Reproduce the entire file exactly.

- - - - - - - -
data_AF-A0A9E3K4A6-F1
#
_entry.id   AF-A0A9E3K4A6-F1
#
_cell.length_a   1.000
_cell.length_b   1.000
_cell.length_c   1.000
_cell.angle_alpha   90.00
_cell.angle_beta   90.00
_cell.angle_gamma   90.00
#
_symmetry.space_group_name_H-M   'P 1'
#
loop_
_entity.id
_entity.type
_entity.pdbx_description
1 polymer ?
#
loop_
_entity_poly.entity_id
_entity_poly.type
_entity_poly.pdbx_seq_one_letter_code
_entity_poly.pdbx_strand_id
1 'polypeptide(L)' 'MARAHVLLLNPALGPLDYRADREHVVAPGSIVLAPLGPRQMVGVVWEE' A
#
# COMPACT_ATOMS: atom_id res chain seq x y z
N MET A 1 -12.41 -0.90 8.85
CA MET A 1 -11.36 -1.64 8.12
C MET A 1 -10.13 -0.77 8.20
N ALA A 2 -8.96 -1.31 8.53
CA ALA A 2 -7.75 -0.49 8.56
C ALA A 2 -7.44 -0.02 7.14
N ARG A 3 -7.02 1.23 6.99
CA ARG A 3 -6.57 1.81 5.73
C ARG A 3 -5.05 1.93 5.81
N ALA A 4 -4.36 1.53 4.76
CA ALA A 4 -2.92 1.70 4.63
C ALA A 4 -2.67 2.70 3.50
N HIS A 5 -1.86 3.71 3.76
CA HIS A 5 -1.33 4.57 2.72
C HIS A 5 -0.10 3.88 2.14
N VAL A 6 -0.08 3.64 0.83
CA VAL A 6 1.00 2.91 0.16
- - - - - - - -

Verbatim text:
data_AF-A0A9E3K4A6-F1
#
_entry.id   AF-A0A9E3K4A6-F1
#
_cell.length_a   1.000
_cell.length_b   1.000
_cell.length_c   1.000
_cell.angle_alpha   90.00
_cell.angle_beta   90.00
_cell.angle_gamma   90.00
#
_symmetry.space_group_name_H-M   'P 1'
#
loop_
_entity.id
_entity.type
_entity.pdbx_description
1 polymer ?
#
loop_
_entity_poly.entity_id
_entity_poly.type
_entity_poly.pdbx_seq_one_letter_code
_entity_poly.pdbx_strand_id
1 'polypeptide(L)' 'MARAHVLLLNPALGPLDYRADREHVVAPGSIVLAPLGPRQMVGVVWEE' A
#
# COMPACT_ATOMS: atom_id res chain seq x y z
N MET A 1 -12.41 -0.90 8.85
CA MET A 1 -11.36 -1.64 8.12
C MET A 1 -10.13 -0.77 8.20
N ALA A 2 -8.96 -1.31 8.53
CA ALA A 2 -7.75 -0.49 8.56
C ALA A 2 -7.44 -0.02 7.14
N ARG A 3 -7.02 1.23 6.99
CA ARG A 3 -6.57 1.81 5.73
C ARG A 3 -5.05 1.93 5.81
N ALA A 4 -4.36 1.53 4.76
CA ALA A 4 -2.92 1.70 4.63
C ALA A 4 -2.67 2.70 3.50
N HIS A 5 -1.86 3.71 3.76
CA HIS A 5 -1.33 4.57 2.72
C HIS A 5 -0.10 3.88 2.14
N VAL A 6 -0.08 3.64 0.83
CA VAL A 6 1.00 2.91 0.16